CRISIS IN SIX SCENES Review
I wanted to like Woody Allen’s CRISIS IN SIX SCENES. I set aside my love-hate relationship with Allen for this purpose, primarily because of my love of the fashion of the 60s and my hope that Miley Cyrus could amaze me. After all, the quality of Allen’s latest works hasn’t consistently reached a level of critical acclaim. But this new medium he’d gotten his hands on made me wonder what he would do with it. Like all of his films, it is beautifully set. He is able to create another interesting world with the layout of an Amazon Original Series. Although Allen strives to keep his audience within that world, escaping it was much too easy.
The first episode felt jarring, like reading a book through binoculars. Never before has Woody Allen’s signature style been captured in a half-hour format. At the end of the episode, I wondered if Woody Allen’s new world would be substantial enough to be serialized. I discovered that it isn’t; it’s an uncomfortable combination from beginning to end. CRISIS IN SIX SCENES guides you with both a title and notion that you are watching a stage play, rather than something from a streaming service. Each episode is an act, with the curtain falling and rising almost miraculously on cue. Allen is aware of this, as this season currently is and will continue standing alone.
The setting is 1960s New York, in the heart of revolt, apathy, and the crossroads between them. This serves as a new playground for Allen, as he takes the role of Sydney Munsinger, an author by the penname “S.J. Munsinger” who is desperately trying to produce a television series. He stars alongside Elaine May, who plays his marriage-counselor wife named Kay. Miley Cyrus also joins the cast, playing Lennie, the revolutionary young woman on the run who hides out in Kay and Syd’s home.
“No way. YOU’RE Hannah Montana!”
This series portrays less of the revolt against “the Man,” and more of a revolt against the common man. It is Woody Allen’s best attempt to showcase another side of the changing times, which is best documented in the exchanges between Lennie and Syd. Lennie, an activist who doubles as a fugitive, constantly berates Syd for his apathy throughout the series. She laments his passivity, and in each episode manages to get under his skin to a larger degree. She’s also able to inspire those around her, from the young boy boarding at Syd’s home to the members of Kay’s book club.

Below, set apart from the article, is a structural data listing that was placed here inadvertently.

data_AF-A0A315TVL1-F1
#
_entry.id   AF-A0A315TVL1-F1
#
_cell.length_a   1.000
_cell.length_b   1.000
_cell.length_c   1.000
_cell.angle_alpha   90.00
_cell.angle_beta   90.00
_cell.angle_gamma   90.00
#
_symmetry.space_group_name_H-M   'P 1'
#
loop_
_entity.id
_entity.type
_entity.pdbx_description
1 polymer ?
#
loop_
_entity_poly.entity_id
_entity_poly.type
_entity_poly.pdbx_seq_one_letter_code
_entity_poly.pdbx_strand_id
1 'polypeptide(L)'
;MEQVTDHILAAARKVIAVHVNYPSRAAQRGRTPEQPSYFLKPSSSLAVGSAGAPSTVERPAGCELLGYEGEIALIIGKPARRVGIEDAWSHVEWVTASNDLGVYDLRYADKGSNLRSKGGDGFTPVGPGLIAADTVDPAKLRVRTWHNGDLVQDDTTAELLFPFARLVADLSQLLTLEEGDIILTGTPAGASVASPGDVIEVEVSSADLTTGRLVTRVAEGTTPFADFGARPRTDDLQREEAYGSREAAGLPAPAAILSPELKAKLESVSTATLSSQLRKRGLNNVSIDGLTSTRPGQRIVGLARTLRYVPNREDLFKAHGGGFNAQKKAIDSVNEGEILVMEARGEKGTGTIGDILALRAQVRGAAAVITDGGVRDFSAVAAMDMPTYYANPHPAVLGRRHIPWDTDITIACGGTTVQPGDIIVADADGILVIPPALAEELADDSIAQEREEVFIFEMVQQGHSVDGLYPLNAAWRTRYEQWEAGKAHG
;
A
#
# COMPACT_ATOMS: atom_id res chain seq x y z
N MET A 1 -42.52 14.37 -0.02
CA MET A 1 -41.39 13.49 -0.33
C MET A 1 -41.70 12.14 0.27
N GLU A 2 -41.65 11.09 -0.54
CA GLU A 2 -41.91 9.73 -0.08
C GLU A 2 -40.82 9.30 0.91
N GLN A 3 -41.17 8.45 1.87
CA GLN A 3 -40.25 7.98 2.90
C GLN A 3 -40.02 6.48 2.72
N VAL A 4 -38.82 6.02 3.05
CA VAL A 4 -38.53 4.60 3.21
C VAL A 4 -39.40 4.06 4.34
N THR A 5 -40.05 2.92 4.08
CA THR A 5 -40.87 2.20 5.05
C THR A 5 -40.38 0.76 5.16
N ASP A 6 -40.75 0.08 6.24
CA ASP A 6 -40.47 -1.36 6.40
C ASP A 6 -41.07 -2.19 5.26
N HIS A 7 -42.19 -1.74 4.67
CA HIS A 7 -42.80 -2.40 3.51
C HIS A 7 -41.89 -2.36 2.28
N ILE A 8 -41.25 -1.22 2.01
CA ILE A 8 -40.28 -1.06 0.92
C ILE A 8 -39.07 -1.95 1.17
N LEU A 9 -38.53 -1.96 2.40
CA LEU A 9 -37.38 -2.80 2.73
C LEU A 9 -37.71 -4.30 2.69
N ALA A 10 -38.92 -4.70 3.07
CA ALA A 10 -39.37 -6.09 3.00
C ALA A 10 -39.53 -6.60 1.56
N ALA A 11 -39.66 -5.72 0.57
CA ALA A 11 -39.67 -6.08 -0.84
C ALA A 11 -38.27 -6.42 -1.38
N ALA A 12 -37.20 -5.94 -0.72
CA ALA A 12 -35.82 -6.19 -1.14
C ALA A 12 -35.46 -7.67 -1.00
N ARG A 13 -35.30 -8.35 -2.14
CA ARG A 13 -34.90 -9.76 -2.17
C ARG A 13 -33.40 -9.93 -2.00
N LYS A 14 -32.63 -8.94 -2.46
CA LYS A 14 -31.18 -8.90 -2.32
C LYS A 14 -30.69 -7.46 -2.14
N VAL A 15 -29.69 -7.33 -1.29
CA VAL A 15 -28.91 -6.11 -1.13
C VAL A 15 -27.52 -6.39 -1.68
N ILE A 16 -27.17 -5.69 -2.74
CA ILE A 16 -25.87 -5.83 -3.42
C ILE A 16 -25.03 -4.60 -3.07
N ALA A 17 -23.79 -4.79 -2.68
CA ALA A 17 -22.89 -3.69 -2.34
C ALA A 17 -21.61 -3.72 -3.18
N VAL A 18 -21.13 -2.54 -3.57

Its concept can almost be considered parallel to our current political climate. Everything that Lennie’s character fights for and all of her manifestos align fairly well with what’s going on in our country today. An even more pressing issue than matters at hand is gaining the attention of other inattentive citizens. The protesters of our time can sometimes be heard through Lennie’s dialogue. It’s the most intriguing and unique part of the series, but Lennie still falls short as a character. She never wavers or changes, and the true meaning of what she’s saying can be lost, as 90% of her dialogue is radical quotes.
I am certain that I have expressed the same emotion as each person in this photo while watching this series
Speaking of radical quotes, we have Kay Munsinger, wife of Sid. Kay’s eager to help Lennie and learn about what she is doing to better the country, and starts reading everything from Mao to Marx. She’s the only voice of reason between Lennie and Syd, and that trait unfortunately doubles as her only purpose.
Then we have Alan, a character very reminiscent of Bobby Dorfman from CAFE SOCIETY: easily entranced and obsessed with the next pretty young thing that walks by him. With just a glance he is captivated by Lennie, and each conversation with her fuels him to think and act just as radically as her.
Let’s not forget that Woody Allen said about this project that he “regretted every second since [he] said OK”
Perhaps Allen finally came to this great realization about the unfit nature of the project once he finally began planning it. After all, in a Cannes interview between Dateline and himself in 2015, Allen revealed that he “doesn’t even know what a streaming service is” and, despite struggling with the project, followed through with it because he didn’t “want to disappoint them.”
Allen’s simple solution was to make a movie in six parts, which he has done successfully. However, a movie in six parts does not equate to true television. For someone who self-proclaims that he doesn’t watch television, it’s a good attempt. He embodies a new world in which he tries to achieve more than his resources enable him to. Through a crescendo of quirky characters and marriage counseling sessions, Allen leaves us at almost exactly the same point as where he starts. Any true impact the series can have is lost through lengthy dialogue (even for Woody Allen) and an over-abundance of comedic timing. That’s not even mentioning the poor pacing, which doesn’t fit a television series in the slightest. I understand the regrets Allen had throughout production of the show all too well. While it may not be a successful show, since Allen’s proven that he understands his mistakes, this entire situation can be considered a lesson well learned.
Verdict: Do Not Recommend